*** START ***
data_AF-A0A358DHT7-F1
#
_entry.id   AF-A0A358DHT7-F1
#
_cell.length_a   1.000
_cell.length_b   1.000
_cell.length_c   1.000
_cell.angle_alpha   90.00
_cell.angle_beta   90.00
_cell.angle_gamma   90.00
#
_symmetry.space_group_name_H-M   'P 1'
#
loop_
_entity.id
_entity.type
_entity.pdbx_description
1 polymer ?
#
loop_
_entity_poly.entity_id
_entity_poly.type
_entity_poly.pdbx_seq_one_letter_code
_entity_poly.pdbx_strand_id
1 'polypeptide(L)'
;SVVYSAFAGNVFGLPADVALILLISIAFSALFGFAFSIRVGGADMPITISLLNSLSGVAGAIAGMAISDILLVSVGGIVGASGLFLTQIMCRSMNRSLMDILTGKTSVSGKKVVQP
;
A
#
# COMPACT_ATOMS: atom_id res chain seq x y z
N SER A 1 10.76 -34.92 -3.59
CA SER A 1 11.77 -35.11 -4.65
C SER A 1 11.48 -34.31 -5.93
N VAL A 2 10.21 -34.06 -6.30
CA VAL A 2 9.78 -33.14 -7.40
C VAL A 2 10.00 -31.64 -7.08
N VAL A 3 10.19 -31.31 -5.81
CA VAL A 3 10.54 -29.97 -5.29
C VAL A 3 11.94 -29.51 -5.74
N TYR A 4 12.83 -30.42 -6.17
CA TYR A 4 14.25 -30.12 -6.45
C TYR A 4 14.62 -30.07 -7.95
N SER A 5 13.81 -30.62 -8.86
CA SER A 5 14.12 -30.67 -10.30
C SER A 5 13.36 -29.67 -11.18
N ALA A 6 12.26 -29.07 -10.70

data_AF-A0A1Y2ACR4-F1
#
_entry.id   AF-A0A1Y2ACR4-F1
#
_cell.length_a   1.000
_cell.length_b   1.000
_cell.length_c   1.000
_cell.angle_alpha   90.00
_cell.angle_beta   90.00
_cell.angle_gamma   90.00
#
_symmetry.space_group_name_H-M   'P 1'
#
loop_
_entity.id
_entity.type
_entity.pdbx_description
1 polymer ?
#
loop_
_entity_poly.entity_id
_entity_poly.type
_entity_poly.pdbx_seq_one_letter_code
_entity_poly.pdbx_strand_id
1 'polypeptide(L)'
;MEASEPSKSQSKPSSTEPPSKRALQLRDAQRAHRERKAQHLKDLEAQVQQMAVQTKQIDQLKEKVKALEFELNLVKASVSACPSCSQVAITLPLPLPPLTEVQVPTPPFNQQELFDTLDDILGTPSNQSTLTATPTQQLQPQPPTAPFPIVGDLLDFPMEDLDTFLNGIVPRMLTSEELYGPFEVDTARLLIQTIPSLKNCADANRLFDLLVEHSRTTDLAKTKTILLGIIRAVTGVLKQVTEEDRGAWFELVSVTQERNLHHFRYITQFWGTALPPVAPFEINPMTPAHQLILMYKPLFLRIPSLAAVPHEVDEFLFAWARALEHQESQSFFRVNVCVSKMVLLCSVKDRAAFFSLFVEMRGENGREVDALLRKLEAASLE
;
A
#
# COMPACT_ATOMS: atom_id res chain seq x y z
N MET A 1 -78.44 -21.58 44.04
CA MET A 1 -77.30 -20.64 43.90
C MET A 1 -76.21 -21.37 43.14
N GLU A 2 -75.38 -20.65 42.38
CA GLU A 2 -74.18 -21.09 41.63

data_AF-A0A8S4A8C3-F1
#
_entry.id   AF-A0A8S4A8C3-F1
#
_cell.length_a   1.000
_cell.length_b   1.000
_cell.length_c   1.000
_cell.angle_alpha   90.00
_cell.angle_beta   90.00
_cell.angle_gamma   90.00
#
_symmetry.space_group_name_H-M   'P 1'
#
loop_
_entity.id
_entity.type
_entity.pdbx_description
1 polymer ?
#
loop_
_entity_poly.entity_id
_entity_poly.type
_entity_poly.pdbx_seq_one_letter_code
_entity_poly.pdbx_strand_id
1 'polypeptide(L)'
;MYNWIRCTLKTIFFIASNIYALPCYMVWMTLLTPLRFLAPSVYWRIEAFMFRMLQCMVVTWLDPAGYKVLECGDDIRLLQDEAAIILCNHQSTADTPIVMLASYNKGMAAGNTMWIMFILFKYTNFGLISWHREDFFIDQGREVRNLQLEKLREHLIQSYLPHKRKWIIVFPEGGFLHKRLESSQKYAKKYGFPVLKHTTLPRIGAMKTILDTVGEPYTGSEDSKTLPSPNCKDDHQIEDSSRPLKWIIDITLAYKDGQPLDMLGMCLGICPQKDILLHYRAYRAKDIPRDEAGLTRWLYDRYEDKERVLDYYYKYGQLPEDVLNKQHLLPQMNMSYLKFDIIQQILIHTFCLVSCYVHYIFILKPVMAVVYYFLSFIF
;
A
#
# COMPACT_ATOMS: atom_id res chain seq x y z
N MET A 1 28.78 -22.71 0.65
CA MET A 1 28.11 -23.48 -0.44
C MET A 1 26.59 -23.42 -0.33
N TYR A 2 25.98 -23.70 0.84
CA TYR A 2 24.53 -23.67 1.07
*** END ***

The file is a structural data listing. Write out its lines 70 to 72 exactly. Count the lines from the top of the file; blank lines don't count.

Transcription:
_entity_poly.pdbx_strand_id
1 'polypeptide(L)'
;MEASEPSKSQSKPSSTEPPSKRALQLRDAQRAHRERKAQHLKDLEAQVQQMAVQTKQIDQLKEKVKALEFELNLVKASVSACPSCSQVAITLPLPLPPLTEVQVPTPPFNQQELFDTLDDILGTPSNQSTLTATPTQQLQPQPPTAPFPIVGDLLDFPMEDLDTFLNGIVPRMLTSEELYGPFEVDTARLLIQTIPSLKNCADANRLFDLLVEHSRTTDLAKTKTILLGIIRAVTGVLKQVTEEDRGAWFELVSVTQERNLHHFRYITQFWGTALPPVAPFEINPMTPAHQLILMYKPLFLRIPSLAAVPHEVDEFLFAWARALEHQESQSFFRVNVCVSKMVLLCSVKDRAAFFSLFVEMRGENGREVDALLRKLEAASLE